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Global Engagement

Genocide or Crimes Against Humanity?

How these terms are understood and used has serious implications in the courtroom.

Photograph by Vicki Sanders

The 2022 Owen M. Kupferschmid Annual Memorial Lecture served as a reunion for former BC Law visiting professor Philippe Sands who returned to campus April 21 to deliver his lecture and answer questions from students and faculty in attendance.

The event, hosted annually by Boston College Law School’s Holocaust and Human Rights Project (HHRP), welcomes a distinguished lecturer each year to share their insight and perspective with the BC Law community regarding various topics centered around accountability and human rights.

Sands, a barrister in the United Kingdom, professor of law at the University College London and current visiting professor at Harvard Law School, chose to discuss the origins of the concepts “genocide” and “crimes against humanity” as well the courtroom and societal implications of characterizing crimes with such terms.

When Sands was asked to deliver a lecture at Lviv University Faculty of Law in Ukraine in 2010, he said he was amazed to learn that the origin of both terms could be traced back to one man in 1945, Raphael Lemkin, who had been a student at the Lviv University Faculty of Law in the early 1920s. Considering the current crisis in Ukraine, Sands found this information and the related topic of war crimes important to share with the audience at BC Law.

He explained how the relationship between genocide and crimes against humanity can be compared to that of a square and rectangle, because every act of genocide is a crime against humanity, but not every crime against humanity is a genocide.

“The essential difference between the two concepts centers around who is protected and why they are protected. If 10,000 people are killed, murdered, or exterminated, they are [being killed] systematically, which will always be a crime against humanity, but will it be a genocide? That depends on the intentions of the killers and the ability of prosecutors to prove that intention,” Sands explained.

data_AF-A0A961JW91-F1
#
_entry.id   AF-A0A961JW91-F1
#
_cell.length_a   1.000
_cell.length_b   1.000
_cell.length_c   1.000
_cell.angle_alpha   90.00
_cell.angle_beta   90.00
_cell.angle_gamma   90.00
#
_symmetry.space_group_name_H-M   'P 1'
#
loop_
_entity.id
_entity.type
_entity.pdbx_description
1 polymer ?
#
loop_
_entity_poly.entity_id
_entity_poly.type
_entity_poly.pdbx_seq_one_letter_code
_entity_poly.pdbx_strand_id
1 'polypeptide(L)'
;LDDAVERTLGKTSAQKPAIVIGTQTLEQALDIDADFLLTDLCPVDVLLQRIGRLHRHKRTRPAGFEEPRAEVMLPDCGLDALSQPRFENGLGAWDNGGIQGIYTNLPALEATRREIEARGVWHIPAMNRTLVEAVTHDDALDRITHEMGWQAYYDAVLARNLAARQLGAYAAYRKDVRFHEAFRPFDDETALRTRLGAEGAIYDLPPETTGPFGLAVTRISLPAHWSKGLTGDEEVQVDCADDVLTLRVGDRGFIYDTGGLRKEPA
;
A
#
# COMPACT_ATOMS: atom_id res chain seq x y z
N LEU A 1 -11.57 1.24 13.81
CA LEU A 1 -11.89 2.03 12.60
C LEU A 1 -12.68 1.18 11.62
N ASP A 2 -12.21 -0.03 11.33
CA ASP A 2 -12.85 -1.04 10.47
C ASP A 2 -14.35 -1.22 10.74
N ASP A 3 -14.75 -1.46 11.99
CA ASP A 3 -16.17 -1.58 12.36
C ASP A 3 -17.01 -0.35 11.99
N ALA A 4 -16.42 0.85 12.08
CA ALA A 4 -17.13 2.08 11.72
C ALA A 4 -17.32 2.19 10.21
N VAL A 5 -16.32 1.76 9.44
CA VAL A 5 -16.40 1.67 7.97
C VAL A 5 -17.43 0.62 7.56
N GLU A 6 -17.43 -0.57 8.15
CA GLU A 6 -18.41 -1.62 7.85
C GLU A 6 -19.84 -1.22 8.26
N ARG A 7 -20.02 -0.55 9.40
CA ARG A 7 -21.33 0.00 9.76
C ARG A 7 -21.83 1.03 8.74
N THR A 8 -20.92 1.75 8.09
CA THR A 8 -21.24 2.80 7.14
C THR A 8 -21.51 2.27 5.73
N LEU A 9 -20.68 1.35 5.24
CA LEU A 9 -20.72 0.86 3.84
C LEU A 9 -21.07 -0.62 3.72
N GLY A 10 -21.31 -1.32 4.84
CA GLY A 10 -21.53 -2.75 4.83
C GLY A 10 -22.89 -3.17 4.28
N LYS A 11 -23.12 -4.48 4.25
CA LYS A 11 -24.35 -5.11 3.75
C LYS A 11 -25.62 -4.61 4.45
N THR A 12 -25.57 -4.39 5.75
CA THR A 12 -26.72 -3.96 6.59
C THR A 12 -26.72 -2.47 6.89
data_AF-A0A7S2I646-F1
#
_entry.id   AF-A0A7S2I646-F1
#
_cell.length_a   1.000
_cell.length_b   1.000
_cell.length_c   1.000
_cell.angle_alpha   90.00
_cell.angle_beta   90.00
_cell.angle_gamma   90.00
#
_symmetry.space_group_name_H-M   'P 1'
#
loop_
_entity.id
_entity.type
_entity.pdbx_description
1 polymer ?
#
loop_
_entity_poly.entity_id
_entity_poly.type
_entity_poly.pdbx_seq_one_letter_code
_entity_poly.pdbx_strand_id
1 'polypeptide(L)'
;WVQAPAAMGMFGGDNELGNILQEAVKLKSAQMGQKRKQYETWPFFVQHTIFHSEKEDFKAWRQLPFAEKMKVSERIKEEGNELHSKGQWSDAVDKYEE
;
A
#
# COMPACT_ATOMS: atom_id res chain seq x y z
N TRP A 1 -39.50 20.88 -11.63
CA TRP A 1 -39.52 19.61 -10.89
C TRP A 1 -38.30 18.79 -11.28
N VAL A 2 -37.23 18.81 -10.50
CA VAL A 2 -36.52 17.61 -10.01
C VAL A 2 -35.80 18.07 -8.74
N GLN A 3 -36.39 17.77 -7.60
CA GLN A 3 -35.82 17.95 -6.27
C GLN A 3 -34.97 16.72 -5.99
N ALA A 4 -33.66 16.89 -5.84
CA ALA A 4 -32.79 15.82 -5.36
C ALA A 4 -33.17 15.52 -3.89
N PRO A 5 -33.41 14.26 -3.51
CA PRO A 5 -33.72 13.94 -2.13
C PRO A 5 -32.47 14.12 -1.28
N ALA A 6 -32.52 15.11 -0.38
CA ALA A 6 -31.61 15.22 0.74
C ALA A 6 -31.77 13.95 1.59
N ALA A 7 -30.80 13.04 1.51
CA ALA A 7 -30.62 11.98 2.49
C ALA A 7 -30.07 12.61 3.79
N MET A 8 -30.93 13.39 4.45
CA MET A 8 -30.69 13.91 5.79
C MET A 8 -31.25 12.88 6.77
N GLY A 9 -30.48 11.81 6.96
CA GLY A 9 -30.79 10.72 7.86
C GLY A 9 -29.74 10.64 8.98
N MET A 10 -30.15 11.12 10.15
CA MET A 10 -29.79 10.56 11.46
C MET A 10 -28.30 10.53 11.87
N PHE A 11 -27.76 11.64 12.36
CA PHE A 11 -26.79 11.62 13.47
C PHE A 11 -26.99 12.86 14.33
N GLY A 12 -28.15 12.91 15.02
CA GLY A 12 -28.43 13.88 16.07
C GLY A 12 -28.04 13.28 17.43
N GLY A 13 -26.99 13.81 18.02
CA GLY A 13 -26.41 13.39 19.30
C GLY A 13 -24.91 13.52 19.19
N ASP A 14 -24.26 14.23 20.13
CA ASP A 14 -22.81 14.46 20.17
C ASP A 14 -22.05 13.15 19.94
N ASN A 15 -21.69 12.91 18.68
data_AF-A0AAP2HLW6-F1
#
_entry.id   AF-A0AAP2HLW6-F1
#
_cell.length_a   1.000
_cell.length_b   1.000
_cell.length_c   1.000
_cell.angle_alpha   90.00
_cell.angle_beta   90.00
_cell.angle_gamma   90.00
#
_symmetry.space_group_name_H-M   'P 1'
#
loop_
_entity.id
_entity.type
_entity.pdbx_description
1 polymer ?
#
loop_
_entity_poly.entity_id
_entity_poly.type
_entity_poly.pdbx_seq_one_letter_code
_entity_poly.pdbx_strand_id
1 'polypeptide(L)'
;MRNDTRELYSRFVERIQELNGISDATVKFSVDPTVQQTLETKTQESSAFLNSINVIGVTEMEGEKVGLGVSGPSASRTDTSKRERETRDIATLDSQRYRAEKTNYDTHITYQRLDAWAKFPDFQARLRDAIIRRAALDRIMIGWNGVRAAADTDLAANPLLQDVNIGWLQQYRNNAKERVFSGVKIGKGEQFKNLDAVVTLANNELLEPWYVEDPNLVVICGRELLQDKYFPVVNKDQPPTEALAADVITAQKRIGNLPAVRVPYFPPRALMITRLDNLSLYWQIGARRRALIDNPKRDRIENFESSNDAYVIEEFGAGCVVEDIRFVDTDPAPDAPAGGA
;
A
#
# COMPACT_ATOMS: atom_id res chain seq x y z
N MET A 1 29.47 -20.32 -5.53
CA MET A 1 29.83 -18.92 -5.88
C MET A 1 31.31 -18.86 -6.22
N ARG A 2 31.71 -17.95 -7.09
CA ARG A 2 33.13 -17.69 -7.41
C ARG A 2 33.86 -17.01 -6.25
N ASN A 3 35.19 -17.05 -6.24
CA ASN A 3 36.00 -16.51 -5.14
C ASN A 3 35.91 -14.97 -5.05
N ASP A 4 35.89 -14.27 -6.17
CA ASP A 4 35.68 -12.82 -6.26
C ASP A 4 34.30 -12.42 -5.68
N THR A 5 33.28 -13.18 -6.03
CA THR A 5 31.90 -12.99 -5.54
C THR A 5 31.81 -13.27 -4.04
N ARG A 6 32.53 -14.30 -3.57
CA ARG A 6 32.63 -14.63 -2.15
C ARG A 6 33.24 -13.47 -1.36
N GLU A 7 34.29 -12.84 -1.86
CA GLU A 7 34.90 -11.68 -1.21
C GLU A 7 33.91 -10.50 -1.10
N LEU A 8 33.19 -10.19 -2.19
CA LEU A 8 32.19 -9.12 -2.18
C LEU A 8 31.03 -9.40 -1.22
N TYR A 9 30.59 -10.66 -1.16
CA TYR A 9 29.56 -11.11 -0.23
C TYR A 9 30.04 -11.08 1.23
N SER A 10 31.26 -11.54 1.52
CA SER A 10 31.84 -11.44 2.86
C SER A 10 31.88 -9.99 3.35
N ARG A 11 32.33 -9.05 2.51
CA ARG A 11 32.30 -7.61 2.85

“To establish the crime of genocide, you must prove the act of killing is motivated by a special intent—the intent to destroy a group, in whole or in part. If a prosecutor can’t prove that a large number of people have been killed with that special intent, then the crime of genocide is not established under international law.”

Sands said he struggles continuously with the fact that the characterization or labeling of crimes with these two terms results in two very different, sometimes troubling, outcomes. He said crimes against humanity receive far less attention than genocides, while the actual significance of the crimes could be rather equal in terms of the impact on individuals, communities, and humanity. He related this to President Biden’s labeling of the atrocities in Ukraine as a genocide.

“The problem is—and this, of course, is why President Biden called it a genocide instead of a crime against humanity—that no one pays any attention when someone says something is a crime against humanity; it doesn’t even make it into the paper,” said Sands. “But the moment you say it’s a genocide, it’s on the front page of every newspaper in the world. It’s a way of gathering attention, but there are risks.”

One risk, Sands explained, is that the use of the term genocide often sparks a debate, which draws attention away from what’s actually happened on the ground. “Why does it matter what we call it? That is not what’s important. I think this hierarchy of crimes is very problematic,” said Sands.

Sands added that he’s tried to lower the bar for what is characterized as a genocide in various cases, not to normalize that kind of behavior, but to reduce its power by lowering the pedestal on which the concept of genocide is placed.

“It raises the dreadful possibility that the invention of the concept of genocide will end up giving rise to more of the very things it was intended to prevent,” he warned.